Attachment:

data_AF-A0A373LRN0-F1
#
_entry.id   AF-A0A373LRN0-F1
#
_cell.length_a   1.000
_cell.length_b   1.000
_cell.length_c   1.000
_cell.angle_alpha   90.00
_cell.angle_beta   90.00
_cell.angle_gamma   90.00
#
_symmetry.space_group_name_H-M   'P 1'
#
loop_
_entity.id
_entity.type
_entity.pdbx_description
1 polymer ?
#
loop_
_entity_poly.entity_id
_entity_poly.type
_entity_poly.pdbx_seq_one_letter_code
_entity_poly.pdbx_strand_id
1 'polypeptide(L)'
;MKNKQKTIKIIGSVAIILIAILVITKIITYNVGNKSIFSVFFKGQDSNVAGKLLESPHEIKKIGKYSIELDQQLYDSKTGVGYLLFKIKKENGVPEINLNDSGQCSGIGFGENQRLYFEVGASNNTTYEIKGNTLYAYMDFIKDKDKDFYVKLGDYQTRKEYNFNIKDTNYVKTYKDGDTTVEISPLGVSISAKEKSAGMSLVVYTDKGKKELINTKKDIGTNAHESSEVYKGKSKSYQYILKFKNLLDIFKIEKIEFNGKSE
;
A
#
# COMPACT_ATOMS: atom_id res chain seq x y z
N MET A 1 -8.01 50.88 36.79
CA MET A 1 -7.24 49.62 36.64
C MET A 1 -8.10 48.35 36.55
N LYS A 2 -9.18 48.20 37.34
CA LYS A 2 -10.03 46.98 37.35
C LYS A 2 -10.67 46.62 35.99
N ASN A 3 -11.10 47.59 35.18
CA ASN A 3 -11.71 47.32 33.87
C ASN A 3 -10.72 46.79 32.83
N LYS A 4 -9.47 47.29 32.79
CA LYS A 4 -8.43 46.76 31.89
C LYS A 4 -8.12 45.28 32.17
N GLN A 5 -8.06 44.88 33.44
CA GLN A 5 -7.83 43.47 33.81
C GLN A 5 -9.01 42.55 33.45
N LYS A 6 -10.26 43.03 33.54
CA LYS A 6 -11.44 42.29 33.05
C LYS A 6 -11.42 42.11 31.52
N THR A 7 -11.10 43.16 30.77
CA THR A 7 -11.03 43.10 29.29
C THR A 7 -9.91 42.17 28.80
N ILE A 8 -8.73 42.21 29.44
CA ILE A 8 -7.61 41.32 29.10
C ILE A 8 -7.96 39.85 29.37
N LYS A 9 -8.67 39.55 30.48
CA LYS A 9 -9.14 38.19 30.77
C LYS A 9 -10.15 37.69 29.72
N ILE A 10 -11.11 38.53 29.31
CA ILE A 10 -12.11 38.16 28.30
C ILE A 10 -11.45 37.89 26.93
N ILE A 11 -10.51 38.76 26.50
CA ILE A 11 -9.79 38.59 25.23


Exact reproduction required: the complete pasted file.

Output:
data_AF-A0A373LRN0-F1
#
_entry.id   AF-A0A373LRN0-F1
#
_cell.length_a   1.000
_cell.length_b   1.000
_cell.length_c   1.000
_cell.angle_alpha   90.00
_cell.angle_beta   90.00
_cell.angle_gamma   90.00
#
_symmetry.space_group_name_H-M   'P 1'
#
loop_
_entity.id
_entity.type
_entity.pdbx_description
1 polymer ?
#
loop_
_entity_poly.entity_id
_entity_poly.type
_entity_poly.pdbx_seq_one_letter_code
_entity_poly.pdbx_strand_id
1 'polypeptide(L)'
;MKNKQKTIKIIGSVAIILIAILVITKIITYNVGNKSIFSVFFKGQDSNVAGKLLESPHEIKKIGKYSIELDQQLYDSKTGVGYLLFKIKKENGVPEINLNDSGQCSGIGFGENQRLYFEVGASNNTTYEIKGNTLYAYMDFIKDKDKDFYVKLGDYQTRKEYNFNIKDTNYVKTYKDGDTTVEISPLGVSISAKEKSAGMSLVVYTDKGKKELINTKKDIGTNAHESSEVYKGKSKSYQYILKFKNLLDIFKIEKIEFNGKSE
;
A
#
# COMPACT_ATOMS: atom_id res chain seq x y z
N MET A 1 -8.01 50.88 36.79
CA MET A 1 -7.24 49.62 36.64
C MET A 1 -8.10 48.35 36.55
N LYS A 2 -9.18 48.20 37.34
CA LYS A 2 -10.03 46.98 37.35
C LYS A 2 -10.67 46.62 35.99
N ASN A 3 -11.10 47.59 35.18
CA ASN A 3 -11.71 47.32 33.87
C ASN A 3 -10.72 46.79 32.83
N LYS A 4 -9.47 47.29 32.79
CA LYS A 4 -8.43 46.76 31.89
C LYS A 4 -8.12 45.28 32.17
N GLN A 5 -8.06 44.88 33.44
CA GLN A 5 -7.83 43.47 33.81
C GLN A 5 -9.01 42.55 33.45
N LYS A 6 -10.26 43.03 33.54
CA LYS A 6 -11.44 42.29 33.05
C LYS A 6 -11.42 42.11 31.52
N THR A 7 -11.10 43.16 30.77
CA THR A 7 -11.03 43.10 29.29
C THR A 7 -9.91 42.17 28.80
N ILE A 8 -8.73 42.21 29.44
CA ILE A 8 -7.61 41.32 29.10
C ILE A 8 -7.96 39.85 29.37
N LYS A 9 -8.67 39.55 30.48
CA LYS A 9 -9.14 38.19 30.77
C LYS A 9 -10.15 37.69 29.72
N ILE A 10 -11.11 38.53 29.31
CA ILE A 10 -12.11 38.16 28.30
C ILE A 10 -11.45 37.89 26.93
N ILE A 11 -10.51 38.76 26.50
CA ILE A 11 -9.79 38.59 25.23